Little Things Matter: Reasons to Love Your Art House
No two art houses are the same. Each of them, in all their thoughtful iterations, expresses  and affinity for one of the world’s greatest cultural resources–the moving picture. Join us for a networking session where participants share their own architectural, curatorial, and experiential strategies that contribute to the global phenomenon of art house culture. 


Guilty Pleasures
Inspired by adrienne maree brown’s Pleasure Activism: The Politics of Feeling Good and recent articles about the “guilty pleasure,” this session will explore the meanings implied by that phrase (in terms of class, race, and gender as well as the high/low or serious/frivolous binaries) and begin an open and caring conversation about how our programming choices may reflect a restrictive politics of pleasure and, further, how we can become “pleasure activists” — creating more equitable, safe and welcoming spaces by embracing a range of cinematic pleasures.

Four Times a Day?!?: Collaborative Approaches to New Programming Paradigms
Traditionally a theatrical run dictates four shows per day for multiple weeks. But is this model obsolete? Bringing together distributors, exhibitors, and buyers, this panel explores how creative approaches to scheduling can diversify your line-up and boost attendance for true art house fare.

Workshop: Writing Introductions and Descriptions
You’ve scoured the globe for the best 35mm prints for your repertory series, so why leave the calendar copy to IMDb or the studio log-line? This panel focuses on the protean art of writing catchy film capsules and planning effective introductions that foreground your venue’s unique programming brand to cinephiles and general audiences alike. Often allocated uncomfortably somewhere between programming and marketing, these organization-defining opportunities are too important to be left as an afterthought.

Repertory Case Studies: Beyond Canon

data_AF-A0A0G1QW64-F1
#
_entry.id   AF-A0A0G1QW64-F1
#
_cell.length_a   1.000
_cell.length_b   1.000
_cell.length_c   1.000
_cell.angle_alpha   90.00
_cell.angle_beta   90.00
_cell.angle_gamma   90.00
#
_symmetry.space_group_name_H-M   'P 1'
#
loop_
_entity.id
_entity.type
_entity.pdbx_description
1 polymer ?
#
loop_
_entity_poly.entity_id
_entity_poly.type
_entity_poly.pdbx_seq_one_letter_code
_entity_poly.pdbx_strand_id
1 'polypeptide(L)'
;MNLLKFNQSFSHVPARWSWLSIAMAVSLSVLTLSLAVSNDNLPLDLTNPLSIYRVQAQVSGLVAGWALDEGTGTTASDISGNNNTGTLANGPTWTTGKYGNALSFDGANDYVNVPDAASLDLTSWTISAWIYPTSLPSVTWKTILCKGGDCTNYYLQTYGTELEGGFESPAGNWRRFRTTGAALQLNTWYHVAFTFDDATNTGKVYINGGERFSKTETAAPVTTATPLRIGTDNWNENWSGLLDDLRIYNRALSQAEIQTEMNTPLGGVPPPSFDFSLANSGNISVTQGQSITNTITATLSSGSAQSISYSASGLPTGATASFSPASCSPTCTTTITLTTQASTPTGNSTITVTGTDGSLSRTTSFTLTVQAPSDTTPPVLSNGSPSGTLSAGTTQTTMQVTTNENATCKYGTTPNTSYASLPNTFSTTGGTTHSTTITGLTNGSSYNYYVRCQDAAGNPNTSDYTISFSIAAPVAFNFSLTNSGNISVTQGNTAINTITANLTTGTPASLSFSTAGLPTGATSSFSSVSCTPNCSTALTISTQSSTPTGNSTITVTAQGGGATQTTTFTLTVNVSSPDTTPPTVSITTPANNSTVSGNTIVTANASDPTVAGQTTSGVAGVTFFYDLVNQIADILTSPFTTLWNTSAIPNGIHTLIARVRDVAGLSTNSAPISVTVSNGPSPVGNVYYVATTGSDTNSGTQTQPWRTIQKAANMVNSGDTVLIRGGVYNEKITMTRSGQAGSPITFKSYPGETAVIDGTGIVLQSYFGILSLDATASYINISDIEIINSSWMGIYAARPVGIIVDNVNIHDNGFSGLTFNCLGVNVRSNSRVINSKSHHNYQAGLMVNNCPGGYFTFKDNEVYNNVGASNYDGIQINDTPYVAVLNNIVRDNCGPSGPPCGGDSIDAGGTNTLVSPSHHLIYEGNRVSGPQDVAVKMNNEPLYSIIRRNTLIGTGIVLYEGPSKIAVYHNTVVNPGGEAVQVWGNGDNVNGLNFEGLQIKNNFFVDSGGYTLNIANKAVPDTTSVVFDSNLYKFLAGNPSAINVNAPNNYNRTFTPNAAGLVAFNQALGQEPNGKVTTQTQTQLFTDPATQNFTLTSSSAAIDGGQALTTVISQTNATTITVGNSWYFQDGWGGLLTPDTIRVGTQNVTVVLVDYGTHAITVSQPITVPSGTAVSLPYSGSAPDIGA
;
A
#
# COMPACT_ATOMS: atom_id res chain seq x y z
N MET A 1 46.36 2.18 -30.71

Repertory staples are increasingly available everywhere, from streaming services to screenings at your local corporate multiplex. What’s the path for an art house that wants to go beyond annual screenings of Ghostbusters and It’s a Wonderful Life? In this special edition of our annual Repertory Case Studies panel, we’ll hear from programmers on the cutting edge of curation who are working to expand the canon while balancing institutional mission, promotional needs, and archival protocol.

Confidently Curate and Create Community around Queer Cinema
Hear from a distributor, outreach professional, exhibitor and an impact producer on how to identify affirming queer cinema, engage community partners with an eye toward intersectionality, and build an audience of both queer-identified folx and allies.

After Paramount: Navigating a Post-Consent Decree Landscape
Since 1948, the film industry has been shaped by the Paramount consent decree, the result of a landmark antitrust case brought against the major studios for anti-competitive practices such as theater ownership, block booking, circuit dealing, and blind booking. In November, the Department of Justice announced its intent to end the decree, citing its “restraint on innovation.” What will a post-Paramount world look like for independent exhibitors and distributors? Will a studio buy a theater chain? Will art houses be forced to book mainstream product to maintain access to smaller films? The future is unwritten, but our panel of industry veterans will discuss the history of the consent decree and the possible implications of its unwinding.